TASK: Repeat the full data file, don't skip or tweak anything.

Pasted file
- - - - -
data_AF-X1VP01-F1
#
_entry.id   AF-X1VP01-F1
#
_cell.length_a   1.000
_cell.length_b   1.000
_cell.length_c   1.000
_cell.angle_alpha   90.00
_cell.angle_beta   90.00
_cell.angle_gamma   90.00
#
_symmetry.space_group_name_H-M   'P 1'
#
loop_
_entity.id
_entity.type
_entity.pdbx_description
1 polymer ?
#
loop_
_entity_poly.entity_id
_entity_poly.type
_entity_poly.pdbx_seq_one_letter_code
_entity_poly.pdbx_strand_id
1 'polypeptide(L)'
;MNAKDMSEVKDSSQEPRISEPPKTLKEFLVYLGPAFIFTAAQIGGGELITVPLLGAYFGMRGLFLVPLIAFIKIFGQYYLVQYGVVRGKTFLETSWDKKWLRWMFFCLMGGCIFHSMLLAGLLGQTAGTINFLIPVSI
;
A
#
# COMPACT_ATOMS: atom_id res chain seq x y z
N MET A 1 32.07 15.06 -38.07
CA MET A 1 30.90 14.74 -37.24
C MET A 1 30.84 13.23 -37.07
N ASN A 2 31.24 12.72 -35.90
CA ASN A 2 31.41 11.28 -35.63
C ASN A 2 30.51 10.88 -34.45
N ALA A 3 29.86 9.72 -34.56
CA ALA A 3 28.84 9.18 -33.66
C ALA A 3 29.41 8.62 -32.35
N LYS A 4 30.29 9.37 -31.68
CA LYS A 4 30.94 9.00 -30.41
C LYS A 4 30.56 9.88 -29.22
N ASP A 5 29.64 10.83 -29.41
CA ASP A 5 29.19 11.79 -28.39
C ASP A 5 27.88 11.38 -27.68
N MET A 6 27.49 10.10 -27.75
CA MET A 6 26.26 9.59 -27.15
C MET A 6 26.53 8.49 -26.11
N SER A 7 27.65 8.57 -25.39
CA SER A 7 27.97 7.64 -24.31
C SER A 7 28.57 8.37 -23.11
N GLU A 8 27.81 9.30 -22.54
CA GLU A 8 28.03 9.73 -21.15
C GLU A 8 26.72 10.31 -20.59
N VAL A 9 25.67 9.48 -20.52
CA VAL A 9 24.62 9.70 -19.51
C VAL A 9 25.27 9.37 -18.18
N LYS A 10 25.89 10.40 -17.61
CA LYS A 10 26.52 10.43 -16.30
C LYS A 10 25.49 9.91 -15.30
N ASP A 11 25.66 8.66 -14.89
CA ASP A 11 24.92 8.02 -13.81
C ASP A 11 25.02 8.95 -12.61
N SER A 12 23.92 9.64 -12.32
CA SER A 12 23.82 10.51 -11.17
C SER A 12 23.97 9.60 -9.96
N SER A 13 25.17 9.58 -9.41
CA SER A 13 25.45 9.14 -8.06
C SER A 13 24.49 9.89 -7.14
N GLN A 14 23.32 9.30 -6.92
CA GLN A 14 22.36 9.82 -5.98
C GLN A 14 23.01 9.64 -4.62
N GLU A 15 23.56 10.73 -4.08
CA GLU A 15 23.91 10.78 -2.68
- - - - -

data_AF-X1VP01-F1
#
_entry.id   AF-X1VP01-F1
#
_cell.length_a   1.000
_cell.length_b   1.000
_cell.length_c   1.000
_cell.angle_alpha   90.00
_cell.angle_beta   90.00
_cell.angle_gamma   90.00
#
_symmetry.space_group_name_H-M   'P 1'
#
loop_
_entity.id
_entity.type
_entity.pdbx_description
1 polymer ?
#
loop_
_entity_poly.entity_id
_entity_poly.type
_entity_poly.pdbx_seq_one_letter_code
_entity_poly.pdbx_strand_id
1 'polypeptide(L)'
;MNAKDMSEVKDSSQEPRISEPPKTLKEFLVYLGPAFIFTAAQIGGGELITVPLLGAYFGMRGLFLVPLIAFIKIFGQYYLVQYGVVRGKTFLETSWDKKWLRWMFFCLMGGCIFHSMLLAGLLGQTAGTINFLIPVSI
;
A
#
# COMPACT_ATOMS: atom_id res chain seq x y z
N MET A 1 32.07 15.06 -38.07
CA MET A 1 30.90 14.74 -37.24
C MET A 1 30.84 13.23 -37.07
N ASN A 2 31.24 12.72 -35.90
CA ASN A 2 31.41 11.28 -35.63
C ASN A 2 30.51 10.88 -34.45
N ALA A 3 29.86 9.72 -34.56
CA ALA A 3 28.84 9.18 -33.66
C ALA A 3 29.41 8.62 -32.35
N LYS A 4 30.29 9.37 -31.68
CA LYS A 4 30.94 9.00 -30.41
C LYS A 4 30.56 9.88 -29.22
N ASP A 5 29.64 10.83 -29.41
CA ASP A 5 29.19 11.79 -28.39
C ASP A 5 27.88 11.38 -27.68
N MET A 6 27.49 10.10 -27.75
CA MET A 6 26.26 9.59 -27.15
C MET A 6 26.53 8.49 -26.11
N SER A 7 27.65 8.57 -25.39
CA SER A 7 27.97 7.64 -24.31
C SER A 7 28.57 8.37 -23.11
N GLU A 8 27.81 9.30 -22.54
CA GLU A 8 28.03 9.73 -21.15
C GLU A 8 26.72 10.31 -20.59
N VAL A 9 25.67 9.48 -20.52
CA VAL A 9 24.62 9.70 -19.51
C VAL A 9 25.27 9.37 -18.18
N LYS A 10 25.89 10.40 -17.61
CA LYS A 10 26.52 10.43 -16.30
C LYS A 10 25.49 9.91 -15.30
N ASP A 11 25.66 8.66 -14.89
CA ASP A 11 24.92 8.02 -13.81
C ASP A 11 25.02 8.95 -12.61
N SER A 12 23.92 9.64 -12.32
CA SER A 12 23.82 10.51 -11.17
C SER A 12 23.97 9.60 -9.96
N SER A 13 25.17 9.58 -9.41
CA SER A 13 25.45 9.14 -8.06
C SER A 13 24.49 9.89 -7.14
N GLN A 14 23.32 9.30 -6.92
CA GLN A 14 22.36 9.82 -5.98
C GLN A 14 23.01 9.64 -4.62
N GLU A 15 23.56 10.73 -4.08
CA GLU A 15 23.91 10.78 -2.68